The official start to the season of nuttiness in the MasterWong household is Thanksgiving weekend.  We spend Thanksgiving in Fall River at my cousin Gail's with extended family and then head back to Somerville for a pretty lazy few days.  Later in the weekend we have my parents and Eric and Liza over for yet another dinner, tree trimming and Mom's birthday cake.  One reason we can get the tree up so early is that we're still rocking the artificial tree that we bought 5 or 6 years ago while we were living in Medford.  Every year I think that perhaps we'll get a real tree - but then cannot resist the siren song of the pre-lit, happy little number sitting in our storage closet.  Perhaps when we move into a bigger place.....

Lily is super into decorations so she loves the tree trimming frenzy. Quinn got pretty into it this year too.  Here he is making sure we assembled the pieces in the right order:

Jeh Jeh quickly came over to show him how it was done.

Note that the tree decorating is proceeding nicely with ornaments well placed on the tree - some on the bottom and the top.  You should know that our tree only looked this way for one day.  After that the ornaments quickly migrated to the top of the tree as Quinn took them off and hid them around the house.  Sometimes he'd bring them to me "Here you go!".  By now the bottom third of the tree is completely bear, and I'm sure we'll be finding ornaments in the couch cushions until we move out.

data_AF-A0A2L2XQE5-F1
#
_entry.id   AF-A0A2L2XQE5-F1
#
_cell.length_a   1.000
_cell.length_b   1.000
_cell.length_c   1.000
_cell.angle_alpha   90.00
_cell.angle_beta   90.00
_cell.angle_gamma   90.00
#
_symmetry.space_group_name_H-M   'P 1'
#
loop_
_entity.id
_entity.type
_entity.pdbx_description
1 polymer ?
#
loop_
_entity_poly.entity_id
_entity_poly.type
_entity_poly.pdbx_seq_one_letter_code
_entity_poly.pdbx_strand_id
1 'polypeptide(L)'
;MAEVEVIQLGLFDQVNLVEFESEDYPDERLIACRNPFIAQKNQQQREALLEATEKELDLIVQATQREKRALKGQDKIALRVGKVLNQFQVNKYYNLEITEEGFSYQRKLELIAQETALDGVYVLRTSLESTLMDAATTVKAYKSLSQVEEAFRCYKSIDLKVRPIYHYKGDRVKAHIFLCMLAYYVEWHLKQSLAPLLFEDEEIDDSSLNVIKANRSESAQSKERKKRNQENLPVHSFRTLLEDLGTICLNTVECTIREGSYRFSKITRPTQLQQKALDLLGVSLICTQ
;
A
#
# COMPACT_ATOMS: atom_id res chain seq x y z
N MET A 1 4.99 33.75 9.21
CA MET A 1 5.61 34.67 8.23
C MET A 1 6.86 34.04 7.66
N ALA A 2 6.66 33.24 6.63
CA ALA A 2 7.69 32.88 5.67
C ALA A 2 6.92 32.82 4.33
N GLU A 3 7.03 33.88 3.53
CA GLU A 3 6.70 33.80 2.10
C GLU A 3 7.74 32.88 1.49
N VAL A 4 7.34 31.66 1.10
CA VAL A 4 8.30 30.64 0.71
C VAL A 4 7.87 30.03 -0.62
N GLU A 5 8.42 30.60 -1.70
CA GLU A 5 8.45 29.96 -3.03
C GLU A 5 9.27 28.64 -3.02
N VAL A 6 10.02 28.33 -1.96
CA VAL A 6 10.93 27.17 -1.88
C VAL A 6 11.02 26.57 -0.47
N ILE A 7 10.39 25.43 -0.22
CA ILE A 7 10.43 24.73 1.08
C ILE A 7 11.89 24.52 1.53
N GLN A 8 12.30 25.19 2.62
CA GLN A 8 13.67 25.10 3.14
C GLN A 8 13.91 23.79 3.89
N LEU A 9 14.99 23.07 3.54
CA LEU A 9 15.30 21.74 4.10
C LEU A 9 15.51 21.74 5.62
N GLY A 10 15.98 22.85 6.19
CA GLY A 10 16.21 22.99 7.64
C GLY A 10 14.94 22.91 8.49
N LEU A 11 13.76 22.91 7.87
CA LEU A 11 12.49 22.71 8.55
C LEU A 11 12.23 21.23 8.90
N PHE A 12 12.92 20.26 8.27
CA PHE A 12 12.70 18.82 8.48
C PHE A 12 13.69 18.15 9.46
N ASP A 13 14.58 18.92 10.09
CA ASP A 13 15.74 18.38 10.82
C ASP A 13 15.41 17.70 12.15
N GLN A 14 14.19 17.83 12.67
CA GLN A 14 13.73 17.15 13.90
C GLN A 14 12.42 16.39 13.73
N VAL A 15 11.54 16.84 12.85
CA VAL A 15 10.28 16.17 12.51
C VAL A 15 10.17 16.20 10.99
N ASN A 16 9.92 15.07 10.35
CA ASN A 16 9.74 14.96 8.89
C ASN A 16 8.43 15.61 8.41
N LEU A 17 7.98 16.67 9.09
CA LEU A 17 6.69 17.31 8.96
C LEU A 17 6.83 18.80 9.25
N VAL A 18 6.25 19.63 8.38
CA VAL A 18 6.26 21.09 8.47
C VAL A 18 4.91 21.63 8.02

Getting help with the all-important "filling of the ornament bowl".  The bowl is then placed where no little hands can reach it so we don't like end up in the ER or anything.

Uncle Eric takes his tree decorating duties very seriously.  Good thing he hasn't been around to see the state the tree is in now.

The celebratory "First Tree We Win" Dance.  Let the crazy commence!

Friday, November 26, 2010

Halloween 2010

Halloween is a big deal in our house  - it is hands down Lily's favorite holiday.  I'm not entirely sure why this is as neither Gordon nor I are big Halloween people. But man that kid - she loves Halloween.  She was talking about her costume months before.  We went through a bunch of potentials.  First she wanted to be John Flansburgh from They Might Be Giants - I was supposed to dress as John Linnell.  As much as I adore "The Johns" I was quite happy when she gave up on this idea as I had no clue how to pull it off.  I just pictured myself trying to explain to all the neighbors "you know, like from They Might Be Giants?" while getting a bunch of empty, concerned stares.